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Fight Harmful UV Rays With Safer Sunscreens - Protect Your Health & The Environment Blog Feature

Fight Harmful UV Rays With Safer Sunscreens - Protect Your Health & The Environment

RMACT | Fertility Clinic | reproductive medicine | Women's Health | men's health | reproductive health | Nutrition

Did you know that we can be exposed to chemicals that have the potential to negatively affect our endocrine balance on a daily basis? My response to this? With research and education, we can all make choices that will reduce the frequency of our exposure to chemicals used in everyday life like household cleaning products, cosmetics, skincare, and pesticides. But because summer is (finally!) here, let’s take a moment to talk about sunscreens…

We can all probably agree that excessive sun exposure without sunscreen raises our risk for skin cancer. In fact, rates of melanoma have tripled in the past 35 years. Despite this alarming statistic, we do need to consider the health risks affiliated with the chemicals in our sunscreen products.

Chemicals To Look Out For

It’s important to check your sunscreen bottles and sprays for oxybenzone. This chemical is responsible for damaging coral reefs and is considered a hormonal disruptor as it negatively affects hormone levels in developing wildlife, fish, and humans. Studies also suggest an association between oxybenzone and reduced testosterone and male fertility, increased pain associated with endometriosis, and a presence in breast milk.

Another chemical to be on the lookout for is retinyl palmitate, otherwise known as vitamin A. This chemical is an antioxidant known to reduce skin aging, but has been shown to increase the risk for skin cancer under sunlight. The Environmental Working Group recommends that consumers avoid skin and lip products with all forms of vitamin A.

Stay Healthy In The Sun This Summer

  • Avoid sunscreens with oxybenzone and vitamin A (retinyl palmitate).
  • Look for sunscreens with safer ingredients such as avobenzone and zinc oxide.
  • Purchase sunsreens that offer broad-spectrum protection, are water resistant, and SPF 50 or less, depending on your needs.
  • Avoid spray sunscreen due to increased risk of inhaling this product.
  • Avoid mid-day strong sun radiation.
  • Wear quality sunglasses to protect your eyes from UV radiation.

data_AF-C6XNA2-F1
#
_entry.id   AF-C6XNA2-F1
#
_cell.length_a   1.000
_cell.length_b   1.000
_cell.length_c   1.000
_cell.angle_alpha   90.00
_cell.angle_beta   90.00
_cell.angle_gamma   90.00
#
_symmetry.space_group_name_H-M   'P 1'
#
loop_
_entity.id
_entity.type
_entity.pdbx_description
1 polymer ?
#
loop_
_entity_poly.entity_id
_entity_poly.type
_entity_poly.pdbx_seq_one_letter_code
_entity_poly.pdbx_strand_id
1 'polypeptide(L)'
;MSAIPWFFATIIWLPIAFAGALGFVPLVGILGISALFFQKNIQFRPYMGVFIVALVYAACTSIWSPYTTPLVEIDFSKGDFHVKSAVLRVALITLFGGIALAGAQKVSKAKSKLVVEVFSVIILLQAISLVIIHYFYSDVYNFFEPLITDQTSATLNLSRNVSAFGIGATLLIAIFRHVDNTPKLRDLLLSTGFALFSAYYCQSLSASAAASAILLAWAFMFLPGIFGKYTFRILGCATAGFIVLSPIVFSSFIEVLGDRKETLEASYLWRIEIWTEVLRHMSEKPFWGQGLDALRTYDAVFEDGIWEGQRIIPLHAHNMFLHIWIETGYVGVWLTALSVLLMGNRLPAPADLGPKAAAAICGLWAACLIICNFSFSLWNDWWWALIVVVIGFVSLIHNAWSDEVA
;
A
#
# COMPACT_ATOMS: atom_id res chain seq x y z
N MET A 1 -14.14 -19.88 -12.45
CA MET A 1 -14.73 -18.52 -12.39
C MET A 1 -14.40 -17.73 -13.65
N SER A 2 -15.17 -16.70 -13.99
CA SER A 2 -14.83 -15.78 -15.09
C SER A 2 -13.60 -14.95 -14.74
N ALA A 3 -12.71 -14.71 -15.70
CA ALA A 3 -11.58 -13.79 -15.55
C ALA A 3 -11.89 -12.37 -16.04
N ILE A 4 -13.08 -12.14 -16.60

• Cover up with a hat and intermittent shirts, long skirts, and pants.
  • Move into the shade from time to time.

Tanning Beds: A Safer Alternative To Get That Gorgeous Glow?

The answer to that question is an astounding no. According to the American Academy of Dermatology:

  • Using indoor tanning beds before the age of 35 can increase your risk of melanoma, the deadliest form of skin cancer, by 59%; and the risk increases with each use.
  • Women younger than the age of 30 are six times more likely to develop melanoma if they tan indoors.
  • Even one indoor tanning session can increase the users’ risk of developing melanoma by 20%, squamous cell carcinoma by 67%, and basal cell carcinoma by 29%.

Have Fun in the Sun!

Everyone at RMACT wishes you a wonderful summer full of plenty of fun in the sun - just remember to do so safely!


If you’re looking for more information and a list of safer sunscreens, we invite you to visit: ewg.org/sunscreen or if you are interested in scheduling an appointment with Carolyn, contact your patient navigator.

About Carolyn Gundell, M.S.

Carolyn Gundell, M.S. is a nutritionist, specializing in PCOS and fertility. With over 20 years of nutrition experience, Carolyn has a special interest in helping women with conditions that affect fertility, including insulin resistance, diabetes Type1/Type 2, Polycystic Ovarian Syndrome (PCOS), lipid disorders, celiac disease, irritable bowel syndrome, underweight and overweight concerns. Carolyn earned her M.S. in Nutrition from Columbia University and completed her undergraduate studies in Biology/Nutrition at Albertus Magnus College in New Haven. She is trained as a Research Associate in Clinical Skills Training, and is certified in HIPAA, CPR, First Aid and Food Safety & Sanitation. Previously, Carolyn worked at Pediatric Endocrine & Diabetes Specialists, The Center for Advanced Pediatrics, both in Norwalk and at Yale University Medical Center’s Obesity, Diabetes, PCOS Clinic and The Yale Fertility Center.